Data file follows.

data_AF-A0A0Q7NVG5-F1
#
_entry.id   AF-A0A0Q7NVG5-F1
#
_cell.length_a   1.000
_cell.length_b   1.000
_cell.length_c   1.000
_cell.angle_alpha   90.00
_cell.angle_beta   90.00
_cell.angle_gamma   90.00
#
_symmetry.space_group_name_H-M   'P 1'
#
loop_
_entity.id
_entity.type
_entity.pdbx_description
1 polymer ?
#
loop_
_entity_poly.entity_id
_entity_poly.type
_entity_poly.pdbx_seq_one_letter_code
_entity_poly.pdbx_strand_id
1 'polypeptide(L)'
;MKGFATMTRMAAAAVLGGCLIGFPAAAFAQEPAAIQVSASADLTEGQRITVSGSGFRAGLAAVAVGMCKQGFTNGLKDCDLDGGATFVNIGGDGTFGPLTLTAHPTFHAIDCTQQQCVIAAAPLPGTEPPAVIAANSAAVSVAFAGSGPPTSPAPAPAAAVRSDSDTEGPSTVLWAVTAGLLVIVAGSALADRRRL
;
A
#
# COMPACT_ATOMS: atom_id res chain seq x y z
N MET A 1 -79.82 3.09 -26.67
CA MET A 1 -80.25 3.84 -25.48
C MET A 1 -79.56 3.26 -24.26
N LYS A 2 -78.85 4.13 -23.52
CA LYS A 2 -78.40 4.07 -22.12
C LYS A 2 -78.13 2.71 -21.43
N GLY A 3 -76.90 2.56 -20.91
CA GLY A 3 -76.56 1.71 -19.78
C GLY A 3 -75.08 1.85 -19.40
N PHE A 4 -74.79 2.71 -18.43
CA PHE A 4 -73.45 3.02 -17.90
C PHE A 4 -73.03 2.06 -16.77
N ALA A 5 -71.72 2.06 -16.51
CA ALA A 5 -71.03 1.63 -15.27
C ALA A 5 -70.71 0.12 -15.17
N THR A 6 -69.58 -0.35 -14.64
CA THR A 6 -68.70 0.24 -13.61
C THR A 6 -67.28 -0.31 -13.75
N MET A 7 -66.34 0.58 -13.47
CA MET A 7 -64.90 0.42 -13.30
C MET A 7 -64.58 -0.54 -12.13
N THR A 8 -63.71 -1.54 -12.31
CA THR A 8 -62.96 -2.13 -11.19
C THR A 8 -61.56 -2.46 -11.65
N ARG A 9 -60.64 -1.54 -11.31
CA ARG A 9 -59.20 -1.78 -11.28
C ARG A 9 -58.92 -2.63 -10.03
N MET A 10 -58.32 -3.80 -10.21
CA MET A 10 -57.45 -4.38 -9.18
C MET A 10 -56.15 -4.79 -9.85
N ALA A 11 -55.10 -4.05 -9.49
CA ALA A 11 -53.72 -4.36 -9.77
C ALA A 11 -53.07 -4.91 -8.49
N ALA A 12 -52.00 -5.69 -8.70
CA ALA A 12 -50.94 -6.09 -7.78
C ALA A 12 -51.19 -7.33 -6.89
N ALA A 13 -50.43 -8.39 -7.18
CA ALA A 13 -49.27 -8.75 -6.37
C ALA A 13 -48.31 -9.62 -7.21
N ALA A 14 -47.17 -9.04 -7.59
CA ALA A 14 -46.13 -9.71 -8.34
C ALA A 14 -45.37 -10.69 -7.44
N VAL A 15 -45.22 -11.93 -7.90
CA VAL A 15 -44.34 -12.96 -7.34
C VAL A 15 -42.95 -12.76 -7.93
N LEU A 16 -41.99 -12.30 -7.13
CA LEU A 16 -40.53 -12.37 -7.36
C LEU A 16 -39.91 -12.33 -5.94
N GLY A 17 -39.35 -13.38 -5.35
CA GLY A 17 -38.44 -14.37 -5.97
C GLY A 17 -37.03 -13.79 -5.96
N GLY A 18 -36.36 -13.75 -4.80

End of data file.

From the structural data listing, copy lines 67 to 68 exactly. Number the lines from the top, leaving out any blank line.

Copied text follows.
N ALA A 13 -50.43 -8.39 -7.18
CA ALA A 13 -49.27 -8.75 -6.37